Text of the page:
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Dawg September 19, 2023 - 12:42 PM - 12:42 PM

Pharmacies are currently understaffed because they have been overwhelmed by the influx of new Spanish-speaking clients ever since Newsom gave free health care to illegals. In 1986, California voters passed Prop 63, making English the official language of California. That law has been totally ignored by the state, and now a lot of businesses, including pharmacies, are being forced to hire employees who speak Spanish.

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Oh, please September 19, 2023 - 8:42 PM - 8:42 PM

This is literally why most places are understaffed.

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Jeff (the other one) September 19, 2023 - 12:56 PM - 12:56 PM

I wonder how much of all of these staffing issues, not just pharmacies, but hospitals, etc., is the result or, or ramifications from, little o-care, and all the other regulations constantly being heaped upon this once free citizenry (want freedom, enter the country illegally).

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nytemuvr September 19, 2023 - 7:24 PM - 7:24 PM

@JEFF (THE OTHER ONE)….I had the recent “pleasure” of watching up close the people working in hospitals….doctors, nurses and just general staff. It’s a sad state of affairs, besides having to take 2 days to decontaminate myself and everything I brought home from my incarceration I don’t think half the staff can tie their own shoes let alone understand the meaning of the words “basic hygiene” and anything related to “sanitary procedures”. It would be nice to have some workers that speak and understand basic English too….done venting.
PS….I’m was sure that TraumaRx was involved somewhere during my days there multiple times.

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WC---Creeker September 19, 2023 - 1:39 PM - 1:39 PM

Labor using one of their puppet politicians to get staffing (Labor Positions) increased?

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Larry September 19, 2023 - 2:54 PM - 2:54 PM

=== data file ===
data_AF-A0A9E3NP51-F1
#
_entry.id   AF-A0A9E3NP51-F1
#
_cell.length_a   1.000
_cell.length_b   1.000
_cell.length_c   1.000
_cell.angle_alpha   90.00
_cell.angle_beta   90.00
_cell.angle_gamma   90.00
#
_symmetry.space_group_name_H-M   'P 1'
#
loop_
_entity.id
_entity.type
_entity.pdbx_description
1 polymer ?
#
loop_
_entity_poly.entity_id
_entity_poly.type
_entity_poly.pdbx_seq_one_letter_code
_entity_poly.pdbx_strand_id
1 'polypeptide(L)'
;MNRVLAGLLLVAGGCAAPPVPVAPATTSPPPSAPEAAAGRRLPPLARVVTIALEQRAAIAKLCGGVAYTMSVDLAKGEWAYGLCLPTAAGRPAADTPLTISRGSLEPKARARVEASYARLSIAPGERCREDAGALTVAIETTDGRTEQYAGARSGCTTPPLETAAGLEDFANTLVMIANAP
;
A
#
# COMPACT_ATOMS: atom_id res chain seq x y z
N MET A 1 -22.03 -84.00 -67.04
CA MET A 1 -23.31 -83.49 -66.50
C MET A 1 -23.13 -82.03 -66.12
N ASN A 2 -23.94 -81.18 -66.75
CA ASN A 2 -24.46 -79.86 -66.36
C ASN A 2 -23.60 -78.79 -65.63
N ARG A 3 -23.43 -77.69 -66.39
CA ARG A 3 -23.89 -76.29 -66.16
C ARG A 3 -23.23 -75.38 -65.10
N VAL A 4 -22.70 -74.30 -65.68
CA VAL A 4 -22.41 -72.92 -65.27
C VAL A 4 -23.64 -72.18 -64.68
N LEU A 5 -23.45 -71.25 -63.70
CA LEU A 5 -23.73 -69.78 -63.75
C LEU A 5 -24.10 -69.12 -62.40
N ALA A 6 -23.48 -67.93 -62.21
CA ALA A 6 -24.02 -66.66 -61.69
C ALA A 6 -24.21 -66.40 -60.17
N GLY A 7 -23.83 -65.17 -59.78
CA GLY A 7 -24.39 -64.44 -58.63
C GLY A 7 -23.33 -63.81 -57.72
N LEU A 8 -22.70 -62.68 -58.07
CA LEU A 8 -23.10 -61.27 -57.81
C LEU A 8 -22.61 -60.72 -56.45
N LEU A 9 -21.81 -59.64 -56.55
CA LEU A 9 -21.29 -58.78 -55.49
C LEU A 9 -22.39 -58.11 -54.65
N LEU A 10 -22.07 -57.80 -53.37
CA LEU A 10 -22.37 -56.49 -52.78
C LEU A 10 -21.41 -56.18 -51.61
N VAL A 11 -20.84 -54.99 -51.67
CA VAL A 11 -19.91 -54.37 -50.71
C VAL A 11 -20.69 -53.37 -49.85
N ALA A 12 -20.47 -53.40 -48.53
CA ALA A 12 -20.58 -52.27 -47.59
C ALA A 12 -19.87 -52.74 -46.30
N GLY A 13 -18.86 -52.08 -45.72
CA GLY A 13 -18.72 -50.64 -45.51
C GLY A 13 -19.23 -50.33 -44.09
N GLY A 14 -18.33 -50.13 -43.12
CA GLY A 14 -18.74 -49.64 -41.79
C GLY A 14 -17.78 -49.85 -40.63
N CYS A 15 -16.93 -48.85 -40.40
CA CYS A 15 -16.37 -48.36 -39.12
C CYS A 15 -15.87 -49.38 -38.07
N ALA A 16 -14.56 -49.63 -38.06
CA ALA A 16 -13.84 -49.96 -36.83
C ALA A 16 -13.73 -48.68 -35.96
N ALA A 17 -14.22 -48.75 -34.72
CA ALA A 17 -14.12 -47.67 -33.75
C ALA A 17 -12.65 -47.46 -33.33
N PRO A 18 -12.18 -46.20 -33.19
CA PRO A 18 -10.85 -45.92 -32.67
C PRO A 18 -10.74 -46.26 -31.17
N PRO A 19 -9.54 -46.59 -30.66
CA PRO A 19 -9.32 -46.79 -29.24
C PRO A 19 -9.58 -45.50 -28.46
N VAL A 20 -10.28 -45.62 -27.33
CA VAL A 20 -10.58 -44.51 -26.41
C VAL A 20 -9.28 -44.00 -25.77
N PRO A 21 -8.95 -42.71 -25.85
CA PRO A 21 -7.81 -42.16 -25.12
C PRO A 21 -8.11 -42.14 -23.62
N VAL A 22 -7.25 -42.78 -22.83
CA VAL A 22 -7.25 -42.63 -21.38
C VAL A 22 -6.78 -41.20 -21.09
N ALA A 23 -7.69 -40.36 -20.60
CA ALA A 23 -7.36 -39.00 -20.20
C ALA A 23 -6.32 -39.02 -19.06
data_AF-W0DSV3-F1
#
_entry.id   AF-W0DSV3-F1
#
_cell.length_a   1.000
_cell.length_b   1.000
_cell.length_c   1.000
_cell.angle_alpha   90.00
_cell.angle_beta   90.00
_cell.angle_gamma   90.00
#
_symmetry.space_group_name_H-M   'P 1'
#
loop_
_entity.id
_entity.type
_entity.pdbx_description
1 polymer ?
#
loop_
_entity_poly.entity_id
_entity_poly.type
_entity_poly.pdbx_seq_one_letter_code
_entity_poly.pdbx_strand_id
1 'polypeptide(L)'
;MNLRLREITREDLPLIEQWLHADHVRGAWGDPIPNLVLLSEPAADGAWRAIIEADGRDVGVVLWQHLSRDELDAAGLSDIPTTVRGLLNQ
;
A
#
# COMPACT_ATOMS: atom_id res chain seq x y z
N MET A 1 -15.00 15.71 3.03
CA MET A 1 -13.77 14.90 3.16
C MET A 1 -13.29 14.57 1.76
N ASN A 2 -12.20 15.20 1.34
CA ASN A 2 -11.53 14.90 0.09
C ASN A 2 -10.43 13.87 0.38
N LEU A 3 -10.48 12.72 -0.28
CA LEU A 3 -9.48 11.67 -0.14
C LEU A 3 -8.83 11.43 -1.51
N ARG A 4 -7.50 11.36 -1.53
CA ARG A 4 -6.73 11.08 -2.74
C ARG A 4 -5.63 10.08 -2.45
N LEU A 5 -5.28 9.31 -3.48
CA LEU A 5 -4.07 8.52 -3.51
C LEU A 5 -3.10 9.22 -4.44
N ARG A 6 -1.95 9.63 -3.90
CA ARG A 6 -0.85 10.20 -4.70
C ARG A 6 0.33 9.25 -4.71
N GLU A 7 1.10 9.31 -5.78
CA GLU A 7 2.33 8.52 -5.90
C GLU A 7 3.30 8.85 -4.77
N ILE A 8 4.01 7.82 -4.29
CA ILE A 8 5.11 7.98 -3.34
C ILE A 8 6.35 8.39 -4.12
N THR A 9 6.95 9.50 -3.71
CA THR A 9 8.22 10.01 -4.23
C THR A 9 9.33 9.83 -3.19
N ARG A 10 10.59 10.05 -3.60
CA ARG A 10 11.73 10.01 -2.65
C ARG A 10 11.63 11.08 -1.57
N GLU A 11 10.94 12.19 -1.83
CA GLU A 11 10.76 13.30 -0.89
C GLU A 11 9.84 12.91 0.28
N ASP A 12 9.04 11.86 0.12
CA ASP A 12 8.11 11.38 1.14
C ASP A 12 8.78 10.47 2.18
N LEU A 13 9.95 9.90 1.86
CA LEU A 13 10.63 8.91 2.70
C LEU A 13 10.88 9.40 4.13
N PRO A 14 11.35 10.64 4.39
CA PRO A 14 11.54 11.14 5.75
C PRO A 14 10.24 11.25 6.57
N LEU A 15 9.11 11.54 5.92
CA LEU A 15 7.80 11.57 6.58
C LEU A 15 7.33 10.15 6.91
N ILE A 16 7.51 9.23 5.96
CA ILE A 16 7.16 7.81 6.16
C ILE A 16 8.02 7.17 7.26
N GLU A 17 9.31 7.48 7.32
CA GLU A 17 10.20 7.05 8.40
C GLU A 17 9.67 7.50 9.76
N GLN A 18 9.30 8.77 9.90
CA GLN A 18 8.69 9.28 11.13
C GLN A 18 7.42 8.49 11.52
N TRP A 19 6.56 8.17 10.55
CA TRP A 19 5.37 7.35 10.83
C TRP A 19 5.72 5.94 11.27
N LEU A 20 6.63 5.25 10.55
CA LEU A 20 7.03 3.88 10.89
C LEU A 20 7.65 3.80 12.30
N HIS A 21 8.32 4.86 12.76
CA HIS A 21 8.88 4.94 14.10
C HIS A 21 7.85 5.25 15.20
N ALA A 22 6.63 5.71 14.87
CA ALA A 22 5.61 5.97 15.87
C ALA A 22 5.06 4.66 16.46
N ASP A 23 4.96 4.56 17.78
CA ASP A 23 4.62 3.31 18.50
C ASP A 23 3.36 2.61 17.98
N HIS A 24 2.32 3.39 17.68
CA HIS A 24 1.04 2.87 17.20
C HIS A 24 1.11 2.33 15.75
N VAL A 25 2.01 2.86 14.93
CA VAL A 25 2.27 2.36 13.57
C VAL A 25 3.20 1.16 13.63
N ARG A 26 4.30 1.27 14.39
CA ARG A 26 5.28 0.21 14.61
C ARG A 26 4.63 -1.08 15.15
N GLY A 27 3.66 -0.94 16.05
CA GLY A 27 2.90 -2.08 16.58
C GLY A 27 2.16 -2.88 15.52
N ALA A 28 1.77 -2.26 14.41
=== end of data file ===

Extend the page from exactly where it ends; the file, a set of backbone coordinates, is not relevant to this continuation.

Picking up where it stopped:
More pharmacies are going to close in Calunicornia. First CA allows unchecked shoplifting, then they sue them into near bankruptcy, now more government interference. I cannot wait to leave this cesspool of state.

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Badge1104 September 19, 2023 - 4:24 PM - 4:24 PM

For once I think they may have come up with a good new law. I hear how bad Walgreens is but CVS and Rite Aid also have pharmacists who are absolutely buried in work. I spoke to a nice one who’ was working so hard and she admitted to me that she had been working 13 hours that day. I right away thought of how many mistakes could possibly be made by an overly tired pharmacist while the line is long and people are impatiently waiting. Thank goodness I am Kaiser. they are tops!

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Oh, please September 19, 2023 - 8:47 PM - 8:47 PM

Want to fix understaffing? Stop giving illegals and degenerates free health care.

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PESFG September 19, 2023 - 10:27 PM - 10:27 PM

I just don’t understand what is the point of having us go to a “Pharmacy” to pick up our prescriptions when we could easily get it from the doctor’s office or the hospital.
Perhaps it would help curb the amount of people who auto prescribe and get hooked on medication.
We should follow the pharmacy model other countries have. In other countries, mostly European, a Pharmacy’s emphasis is on health care and wellness, it isn’t about buying alcohol, cigarettes, junk food, lotto tickets, and whatever else it is opposite of healthy.

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Silver Belle September 22, 2023 - 3:30 PM - 3:30 PM

So what good will this new law do for already understaffed pharmacies? A new reporting requirement means more paperwork for the pharmacists who are likely working longer hours already. Establishing baseline staffing rules is a paper exercise that means little when there are not enough people to fill the positions.
This is pretty much all for show, in my opinion, and won’t do much to solve the current problems.